In my clinic I regularly work with people who are finding that their stress is getting the better of them.  Not only does it make people feel crummy emotionally, the research is mounting that it’s terribly bad for us physically.

Stress is known to cause changes in the way our bodies function.  Our immune system becomes less effective, and our internal repair systems work less well.  Stress also has an effect on our digestion, our hormone levels and our sleep.  All of these things combined make spending the majority of our working lives immersed in stress almost a ‘perfect storm’ when it comes to developing chronic illnesses.

New research has found that stress can cause illnesses we’d never expect.

Last year it was reported that prescriptions for diabetes are costing the NHS over £1 billion.  The number of people being diagnosed with type 2 diabetes has doubled in the last 20 years. 4.6 million people are now living with the illness and over 100,000 of them were diagnosed in the last 12 months. Type 2 diabetes is now being labelled  a ‘lifestyle disease’, as there are several behaviours that are directly linked to the increased likelihood of being diagnosed with Type 2. We are told to be mindful of our sugar intake, to work to reduce our weight and to be more physically active. However, new research is being published which shows that the ‘eat less: move more’ mantra is incomplete.

A 22-year longitudinal study of women in France found that the people who actually most at risk of contracting Type 2 diabetes are those whose work is stressful or ‘mentally tiring’. More specifically, those who said that their job was “very” mentally taxing at the start of the study were 21% more likely to develop the condition than women with “little or not mentally tiring work” even after the study controlled for obesity or lack of exercise.  That’s a significant difference by anyone’s terms. Of course it’s not just work that’s a source of stress in our lives and perhaps it’s the area we feel like we are least able to change.  However, what we can change is how we deal with stress and how we let it affect us.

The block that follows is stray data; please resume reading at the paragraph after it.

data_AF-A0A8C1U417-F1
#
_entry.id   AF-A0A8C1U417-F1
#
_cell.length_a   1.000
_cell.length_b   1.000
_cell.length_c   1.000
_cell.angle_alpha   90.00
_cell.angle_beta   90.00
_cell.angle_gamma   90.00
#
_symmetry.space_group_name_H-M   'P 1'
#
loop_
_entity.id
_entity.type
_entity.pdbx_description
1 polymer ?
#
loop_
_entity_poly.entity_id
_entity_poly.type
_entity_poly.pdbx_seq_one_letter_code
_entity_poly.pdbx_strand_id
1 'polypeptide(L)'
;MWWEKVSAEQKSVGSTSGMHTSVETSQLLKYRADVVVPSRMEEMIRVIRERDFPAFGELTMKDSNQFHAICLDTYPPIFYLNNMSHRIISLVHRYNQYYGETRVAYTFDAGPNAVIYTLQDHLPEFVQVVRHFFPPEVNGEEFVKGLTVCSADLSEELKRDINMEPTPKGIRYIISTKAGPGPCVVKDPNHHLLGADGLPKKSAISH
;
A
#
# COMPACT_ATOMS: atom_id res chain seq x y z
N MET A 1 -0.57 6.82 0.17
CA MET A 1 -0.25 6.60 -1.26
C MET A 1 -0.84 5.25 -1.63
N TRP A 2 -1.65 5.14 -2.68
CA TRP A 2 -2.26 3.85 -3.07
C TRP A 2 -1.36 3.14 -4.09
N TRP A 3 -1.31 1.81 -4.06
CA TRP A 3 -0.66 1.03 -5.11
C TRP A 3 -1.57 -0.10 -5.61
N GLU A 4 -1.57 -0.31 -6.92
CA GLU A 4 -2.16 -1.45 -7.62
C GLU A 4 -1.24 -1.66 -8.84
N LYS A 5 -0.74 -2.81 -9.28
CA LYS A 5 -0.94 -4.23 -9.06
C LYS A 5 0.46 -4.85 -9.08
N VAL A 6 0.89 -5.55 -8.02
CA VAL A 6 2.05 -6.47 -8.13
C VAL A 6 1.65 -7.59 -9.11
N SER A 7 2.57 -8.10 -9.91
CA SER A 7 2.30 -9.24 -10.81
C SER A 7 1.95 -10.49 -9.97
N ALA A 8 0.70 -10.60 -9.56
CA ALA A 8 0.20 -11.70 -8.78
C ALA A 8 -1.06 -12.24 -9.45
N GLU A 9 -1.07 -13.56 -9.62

Everyone has different ways of handling stress; mostly they’re skills we learned in childhood and adolescence.  Think about how your parents and immediate family handle stress and then how you do.  Do you notice the similarities?  The good news is that we can unlearn maladaptive ways of coping – overeating, drinking, shouting at the dog – and learn new, more helpful ones!

5 breaths to bust stress.

Stress often happens when we get caught up in worrying about the future or ruminating over the past.  If we can train ourselves to spend more time in the present moment generally everything is okay and we aren’t stressed. However, when we are mired right in the middle of something stressful we are less able to access our resources which will help us move through the state which is a double whammy of difficulty.

You’ve probably heard the old adage of ‘count to 10 before opening your mouth’ when you’re angry? Well to blow away stress, it’s even more simple.  All you need to do is breathe 5 deep complete breaths.  With each breath focus on one of your senses, what can you hear, see, feel, smell and taste?  Use the entire of each breath, both in and out, to really focus in on one sense to the exclusion of all the others.

You’ll notice that your stress levels are considerably diminished by the end of the exercise.

If you’d like to learn real, practical ways to handle your stress, get in touch for a free 20 minute phone consultation.